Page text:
The Sonoma County Board of Supervisors on Tuesday will review a new plan that attempts to protect endangered fish while allowing grapegrowers to continue using Russian River water to defend their vineyards from frost.
The just-released plan, developed by the wine industry and county staff, is being blasted by some environmentalists who say it would do too little to prevent fish-killing water diversions on the Russian River and its tributaries. As well, the proposal has drawn concern from federal officials who monitor endangered coho salmon and threatened steelhead.
"For our part, we cannot endorse a vineyard frost protection ordinance that lacks the means to establish a meaningful monitoring program and a transparent process," Steven Edmondson, an official with the National Marine Fisheries Service, wrote in an Oct. 19 letter to the supervisors.
The county proposal is the latest attempt by growers to win approval of federal officials and the state Water Resources Control Board. A major question is whether state officials will back down on a demand that a local frost management program include quick consequences for farmers who break the rules.
The supervisors won't take action Tuesday. Instead, the board is expected to set a Dec. 7 hearing on the plan.
Many county growers pull water out of the Russian River and its tributaries when temperatures dip below freezing in the spring, spraying the water over their vines to put a protective coating of ice on the new plant growth.
Water diversions for frost protection stranded and killed both coho salmon and steelhead in 2008 and 2009, according to federal officials. The strandings, prohibited under the Endangered Species Act, occurred on the Russian River and a tributary, Felta Creek.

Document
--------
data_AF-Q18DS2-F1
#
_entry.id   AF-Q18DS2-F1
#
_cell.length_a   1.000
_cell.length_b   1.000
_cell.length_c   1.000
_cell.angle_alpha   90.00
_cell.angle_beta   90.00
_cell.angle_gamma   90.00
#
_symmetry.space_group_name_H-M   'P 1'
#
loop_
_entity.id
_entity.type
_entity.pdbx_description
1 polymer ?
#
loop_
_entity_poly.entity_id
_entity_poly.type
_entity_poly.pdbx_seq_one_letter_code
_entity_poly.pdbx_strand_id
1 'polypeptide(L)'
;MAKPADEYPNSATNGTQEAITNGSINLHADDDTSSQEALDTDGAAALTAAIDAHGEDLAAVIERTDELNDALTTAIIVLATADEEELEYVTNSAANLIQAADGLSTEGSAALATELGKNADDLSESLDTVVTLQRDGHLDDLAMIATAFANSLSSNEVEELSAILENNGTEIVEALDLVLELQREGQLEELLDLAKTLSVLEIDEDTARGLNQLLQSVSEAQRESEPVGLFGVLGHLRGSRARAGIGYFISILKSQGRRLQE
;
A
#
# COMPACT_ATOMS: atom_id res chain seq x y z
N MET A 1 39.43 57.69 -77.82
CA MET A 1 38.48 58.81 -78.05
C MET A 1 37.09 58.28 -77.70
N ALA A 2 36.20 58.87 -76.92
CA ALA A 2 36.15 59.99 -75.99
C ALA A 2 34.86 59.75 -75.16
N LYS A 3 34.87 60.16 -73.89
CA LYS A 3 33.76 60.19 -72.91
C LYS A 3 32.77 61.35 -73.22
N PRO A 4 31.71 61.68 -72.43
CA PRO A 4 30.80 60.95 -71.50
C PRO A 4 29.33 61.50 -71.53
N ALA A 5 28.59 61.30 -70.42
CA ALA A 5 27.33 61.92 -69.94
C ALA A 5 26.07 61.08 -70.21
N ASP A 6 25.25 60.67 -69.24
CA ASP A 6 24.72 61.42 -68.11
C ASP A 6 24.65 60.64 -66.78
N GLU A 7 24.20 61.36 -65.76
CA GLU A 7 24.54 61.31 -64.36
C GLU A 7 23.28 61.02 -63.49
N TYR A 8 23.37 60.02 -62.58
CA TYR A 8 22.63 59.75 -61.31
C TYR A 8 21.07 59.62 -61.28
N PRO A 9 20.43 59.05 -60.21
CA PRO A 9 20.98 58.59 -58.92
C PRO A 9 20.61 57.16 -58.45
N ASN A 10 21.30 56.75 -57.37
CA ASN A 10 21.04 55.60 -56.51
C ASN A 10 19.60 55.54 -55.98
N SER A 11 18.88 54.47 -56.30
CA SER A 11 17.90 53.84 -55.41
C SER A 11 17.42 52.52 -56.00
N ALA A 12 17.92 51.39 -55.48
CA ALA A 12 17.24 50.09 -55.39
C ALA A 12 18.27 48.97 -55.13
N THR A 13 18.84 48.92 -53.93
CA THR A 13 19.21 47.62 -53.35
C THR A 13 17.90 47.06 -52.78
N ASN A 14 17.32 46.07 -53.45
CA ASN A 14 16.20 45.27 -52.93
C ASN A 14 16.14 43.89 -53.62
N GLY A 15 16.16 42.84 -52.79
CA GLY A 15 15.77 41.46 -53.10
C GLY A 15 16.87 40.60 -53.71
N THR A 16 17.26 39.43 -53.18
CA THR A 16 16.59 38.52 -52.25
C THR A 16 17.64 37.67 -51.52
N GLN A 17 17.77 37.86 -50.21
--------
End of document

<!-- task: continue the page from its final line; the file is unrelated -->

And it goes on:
State water board members last winter rejected a plan by Sonoma and Mendocino county growers for voluntary efforts to protect the fish. Instead, the board members informally backed a staff proposal to forbid diversions unless growers join an approved water management program or show that their diversions would have a "negligible effect" on fish.
At the meeting, a staff member said any management program must "have the authority to kick bad actors out." As well, the staff proposal called for "instantaneous" monitoring of diversions to prevent harm to fish.
The water board called for rules to take effect in 2011. But the state now is preparing to conduct an environmental impact report, with a meeting planned for Nov. 17 in Santa Rosa to discuss the scope of the study. As such, new state rules likely won't take effect before 2012.
In response to the stand taken by state board members, grape growers asked Sonoma County supervisors last spring for help in creating a county frost protection program.
Grower leaders said the county should approve the program now and begin collecting key data on stream flows and water diversions.
"We're looking for working solutions that actually protect the resource and allow farming to continue and be sustainable," said Pete Opatz, a viticulturist overseeing 5,000 acres of vineyards in Napa and Sonoma counties for Silverado Premium Properties. Growers, he said, understand the issue is serious and either "you get out in front of it or you get run over."
But critics said the plan was a backroom deal crafted without input from environmental groups and designed mostly to shield grape growers from scrutiny of their water use practices.